"North Korea wants to get the U.S. to direct bilateral negotiations by using the missile card," said Paik Hak-soon, a North Korea expert at the Seoul-based Sejong Institute. "Timing the launch date on July 4 is an attempt to apply maximum pressure on the U.S. government."
U.S. nuclear envoy Christopher Hill was to leave Washington for the region later on Wednesday.
Hadley said the long-range missile was the Taepodong-2, which failed 35 seconds after launch. Experts believe the missile — North Korea's most advanced with a range of up to 9,320 miles — could reach the United States with a light payload.
The State Department said the smaller missiles include Scuds, which could target South Korea, and Rodongs, which has a range of about 620 miles and could target Japan.
The launch came after weeks of speculation that the North was preparing to test the Taepodong-2 from a site on its northeast coast. U.S. and Japanese officials said six missiles were fired in all, launched over a four-hour period beginning about 3:30 a.m. Wednesday, or 2:30 p.m. Tuesday ET.
The North American Aerospace Defense Command — which monitors the skies for threats to North American security — said it has been on heightened alert for about two weeks and not because of the latest tests.
If the timing is correct, the North Korean missiles were launched within minutes of Tuesday's liftoff of Discovery, which blasted into orbit from Cape Canaveral in the first U.S. space shuttle launch in a year.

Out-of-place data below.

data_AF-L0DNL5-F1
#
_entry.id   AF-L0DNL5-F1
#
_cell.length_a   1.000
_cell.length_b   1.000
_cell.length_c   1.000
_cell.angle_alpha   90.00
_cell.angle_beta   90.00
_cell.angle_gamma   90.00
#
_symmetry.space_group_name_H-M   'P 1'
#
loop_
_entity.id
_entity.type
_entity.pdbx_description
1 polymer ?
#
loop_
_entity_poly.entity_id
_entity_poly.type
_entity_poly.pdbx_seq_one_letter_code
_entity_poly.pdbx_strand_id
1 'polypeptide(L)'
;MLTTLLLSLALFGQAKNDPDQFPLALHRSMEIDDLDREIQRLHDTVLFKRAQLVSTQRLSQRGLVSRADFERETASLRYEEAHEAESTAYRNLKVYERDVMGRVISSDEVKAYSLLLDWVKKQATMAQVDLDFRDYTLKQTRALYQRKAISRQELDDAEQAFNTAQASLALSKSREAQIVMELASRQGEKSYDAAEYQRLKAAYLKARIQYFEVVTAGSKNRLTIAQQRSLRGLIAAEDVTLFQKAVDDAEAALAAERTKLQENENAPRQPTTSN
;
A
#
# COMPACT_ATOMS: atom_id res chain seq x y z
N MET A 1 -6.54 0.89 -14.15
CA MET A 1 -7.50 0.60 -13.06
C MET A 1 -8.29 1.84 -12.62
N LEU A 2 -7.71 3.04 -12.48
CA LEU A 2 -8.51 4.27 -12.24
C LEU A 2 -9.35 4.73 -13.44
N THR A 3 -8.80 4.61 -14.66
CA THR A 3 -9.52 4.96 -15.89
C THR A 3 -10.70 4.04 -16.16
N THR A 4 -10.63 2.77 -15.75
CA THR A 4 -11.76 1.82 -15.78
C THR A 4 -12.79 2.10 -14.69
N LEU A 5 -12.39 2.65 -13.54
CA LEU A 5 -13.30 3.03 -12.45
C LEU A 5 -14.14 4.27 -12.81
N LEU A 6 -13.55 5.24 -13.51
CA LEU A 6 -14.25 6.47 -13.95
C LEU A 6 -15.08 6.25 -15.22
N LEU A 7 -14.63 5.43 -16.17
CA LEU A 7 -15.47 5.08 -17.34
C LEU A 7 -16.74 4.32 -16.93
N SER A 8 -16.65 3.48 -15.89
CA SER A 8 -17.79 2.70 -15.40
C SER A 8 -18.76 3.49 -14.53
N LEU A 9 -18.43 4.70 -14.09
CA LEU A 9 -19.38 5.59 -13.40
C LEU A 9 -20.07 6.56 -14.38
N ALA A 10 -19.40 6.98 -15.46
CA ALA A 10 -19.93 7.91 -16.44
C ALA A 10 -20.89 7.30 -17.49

Hadley suggested the tests might have been an attempt to grab the international spotlight.
"It's very difficult to know what the North Koreans think they are doing this for," Hadley said. "Obviously, it is a bit of an effort to get attention, perhaps because so much attention has been focused on the Iranians."
North Korea's missile program is based on Scud technology provided by the former Soviet Union or Egypt, according to American and South Korean officials. North Korea started its Rodong-1 missile project in the late 1980s and test-fired the missile for the first time in 1993.
North Korea had observed a moratorium on long-range missile launches since 1999. It shocked the world in 1998 by firing a Taepodong missile over Japan and into the Pacific Ocean.
The United States and its allies South Korea and Japan have taken quick steps over the past week to strengthen their missile defenses. Washington and Tokyo are working on a joint missile-defense shield, and South Korea is considering the purchase of American SM-2 defensive missiles for its destroyers.
The U.S. and North Korea have been in a standoff over Pyongyang's nuclear weapons program since 2002. The North claims to have produced nuclear weapons, but that claim has not been publicly verified by outside analysts.
While public information on North Korea's military capabilities is murky, experts doubt that the regime has managed to develop a nuclear warhead small enough to mount on its long-range missiles.
Nonetheless, Lt. Gen. Michael Maples, director of the Defense Intelligence Agency, told U.S. lawmakers last week that officials took the potential launch reports seriously and were looking at the full range of capabilities possessed by North Korea.